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preparing for parenthood

Fostering the mental and emotional wellbeing of parents-to-be, by supporting them to understand more about the importance of parent-child relationships from birth, in the context of  their own early experiences in life.
Doctoral Research Study:

One of the founding members of the Parents Support Network (Janet Williams) is doing a professional doctorate in Counselling Psychology, and will be carrying out a trial 6-month programme for parents-to-be during the second and third trimester of the pregnancy. The trial will involve regular consultations between the parents and Janet, as well as group work with 12 parents who live in the Bath & North East Somerset area. 

The focus of the research is to understand more about what helps prepare parents-to-be to be emotionally and psychologically ready for the important role they are about to take on. Below is a short introduction to the research. Please contact us, if you are interested in finding out more or in participating in the trial at the start of 2021.

Research Study:

What supports parents-to-be to feel emotionally and psychologically prepared for their responsibilities as parents? Investigating interpersonal and developmental psychology theories with the clinical objective of creating and piloting an educational and self-reflective programme for parents-to-be.

There is a long legacy of research confirming that relationships are a crucial context for healthy psychological development, and that when conditions impede a child’s ability to have their core needs met, they experience social pain which can lead to biological and psychological consequences, potentially disrupting their development and creating intra- and interpersonal conflict. This research study will bring together historical and current interpersonal and developmental psychological theories, with the clinical objective of creating and piloting an educational and self-reflective program for parents-to-be.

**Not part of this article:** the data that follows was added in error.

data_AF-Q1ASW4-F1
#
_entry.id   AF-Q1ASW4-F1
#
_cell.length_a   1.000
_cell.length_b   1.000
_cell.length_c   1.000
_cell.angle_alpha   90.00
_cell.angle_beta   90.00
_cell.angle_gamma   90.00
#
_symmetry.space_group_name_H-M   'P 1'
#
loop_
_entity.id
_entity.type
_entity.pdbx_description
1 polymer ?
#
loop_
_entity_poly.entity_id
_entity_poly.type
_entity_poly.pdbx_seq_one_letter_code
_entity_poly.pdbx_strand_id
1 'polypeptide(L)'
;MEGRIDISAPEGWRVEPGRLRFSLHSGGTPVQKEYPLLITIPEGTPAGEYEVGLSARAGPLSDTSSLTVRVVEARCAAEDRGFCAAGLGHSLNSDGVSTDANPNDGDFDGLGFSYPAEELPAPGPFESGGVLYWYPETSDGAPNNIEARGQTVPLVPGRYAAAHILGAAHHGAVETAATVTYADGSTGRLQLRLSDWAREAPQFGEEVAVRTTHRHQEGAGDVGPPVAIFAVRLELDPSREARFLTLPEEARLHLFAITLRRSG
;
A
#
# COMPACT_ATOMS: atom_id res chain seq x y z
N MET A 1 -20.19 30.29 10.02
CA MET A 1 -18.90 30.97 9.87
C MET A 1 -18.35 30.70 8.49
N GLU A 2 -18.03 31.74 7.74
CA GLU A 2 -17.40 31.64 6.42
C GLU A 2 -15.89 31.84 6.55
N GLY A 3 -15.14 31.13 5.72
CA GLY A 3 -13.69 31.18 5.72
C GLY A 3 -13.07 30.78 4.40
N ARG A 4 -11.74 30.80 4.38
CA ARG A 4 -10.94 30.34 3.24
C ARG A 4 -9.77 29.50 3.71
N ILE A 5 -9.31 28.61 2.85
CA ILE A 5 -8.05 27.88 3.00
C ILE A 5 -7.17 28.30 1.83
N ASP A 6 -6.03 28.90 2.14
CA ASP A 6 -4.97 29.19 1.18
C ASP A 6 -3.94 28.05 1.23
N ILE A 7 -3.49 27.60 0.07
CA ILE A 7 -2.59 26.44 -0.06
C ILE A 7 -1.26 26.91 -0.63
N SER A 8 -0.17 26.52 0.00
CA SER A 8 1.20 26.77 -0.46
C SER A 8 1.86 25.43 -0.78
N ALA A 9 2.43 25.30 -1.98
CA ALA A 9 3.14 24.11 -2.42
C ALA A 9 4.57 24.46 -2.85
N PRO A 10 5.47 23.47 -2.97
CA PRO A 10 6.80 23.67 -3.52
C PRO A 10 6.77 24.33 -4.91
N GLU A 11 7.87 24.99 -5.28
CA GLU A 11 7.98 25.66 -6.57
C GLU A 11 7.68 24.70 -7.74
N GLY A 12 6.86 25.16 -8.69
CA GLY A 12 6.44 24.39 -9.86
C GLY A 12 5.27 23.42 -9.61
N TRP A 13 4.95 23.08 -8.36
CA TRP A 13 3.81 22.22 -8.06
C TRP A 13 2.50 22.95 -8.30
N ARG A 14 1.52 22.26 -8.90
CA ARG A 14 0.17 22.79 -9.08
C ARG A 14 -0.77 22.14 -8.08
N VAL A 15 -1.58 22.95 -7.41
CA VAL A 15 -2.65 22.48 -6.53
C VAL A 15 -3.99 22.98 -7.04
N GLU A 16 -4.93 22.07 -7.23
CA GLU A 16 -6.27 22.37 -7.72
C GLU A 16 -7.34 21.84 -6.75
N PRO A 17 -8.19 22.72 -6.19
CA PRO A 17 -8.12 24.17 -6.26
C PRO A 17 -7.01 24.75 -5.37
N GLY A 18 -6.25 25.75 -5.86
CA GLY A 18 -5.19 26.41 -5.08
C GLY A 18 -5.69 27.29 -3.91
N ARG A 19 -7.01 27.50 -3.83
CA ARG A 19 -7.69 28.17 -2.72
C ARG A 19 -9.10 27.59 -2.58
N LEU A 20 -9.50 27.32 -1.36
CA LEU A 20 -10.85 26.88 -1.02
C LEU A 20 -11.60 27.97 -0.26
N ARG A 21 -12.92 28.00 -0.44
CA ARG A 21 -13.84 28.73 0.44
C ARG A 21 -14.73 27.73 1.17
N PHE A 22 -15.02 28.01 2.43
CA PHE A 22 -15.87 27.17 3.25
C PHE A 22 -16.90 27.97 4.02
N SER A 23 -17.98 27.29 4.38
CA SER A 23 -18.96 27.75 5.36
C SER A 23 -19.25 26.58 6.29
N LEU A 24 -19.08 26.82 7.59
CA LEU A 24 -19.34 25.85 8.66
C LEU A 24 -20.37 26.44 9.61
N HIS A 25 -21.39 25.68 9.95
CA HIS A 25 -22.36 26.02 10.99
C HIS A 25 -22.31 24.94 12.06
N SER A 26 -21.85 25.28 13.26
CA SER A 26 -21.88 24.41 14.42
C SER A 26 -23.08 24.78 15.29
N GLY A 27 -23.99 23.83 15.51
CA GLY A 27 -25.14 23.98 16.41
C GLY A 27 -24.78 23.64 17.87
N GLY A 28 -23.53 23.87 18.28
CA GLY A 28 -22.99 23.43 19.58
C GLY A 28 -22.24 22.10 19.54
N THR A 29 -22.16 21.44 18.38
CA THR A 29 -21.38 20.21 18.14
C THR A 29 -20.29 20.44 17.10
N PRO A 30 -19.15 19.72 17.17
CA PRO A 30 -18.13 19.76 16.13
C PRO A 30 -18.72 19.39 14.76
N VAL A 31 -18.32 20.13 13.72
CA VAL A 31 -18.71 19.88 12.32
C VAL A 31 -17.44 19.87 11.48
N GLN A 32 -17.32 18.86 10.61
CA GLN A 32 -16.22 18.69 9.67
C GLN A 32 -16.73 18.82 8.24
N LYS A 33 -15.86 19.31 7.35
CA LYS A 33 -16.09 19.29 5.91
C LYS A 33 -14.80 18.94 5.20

Not only will participants of the programme learn about relevant theories but they will also have the opportunity to consider their own attachment styles, to deepen their awareness of how they are in relationship, as preparation for their imminent parenting role.  

The research will identify key relevant psychological theories and models which can be summarised and structured into an evidence-based parenting program. A key aim of this study is to develop a preventative intervention, which will reduce the commonly experienced developmental and interpersonal psychological stress in early childhood, so that infants and young children have greater chance of growing up in an environment which supports them to thrive.

A main objective of the research will be to measure the effectiveness of the intervention by running a program with a group of 12 parents-to-be over a period of six months, in the second and third trimester of their pregnancy, with a view to implementing the program into social and health services.

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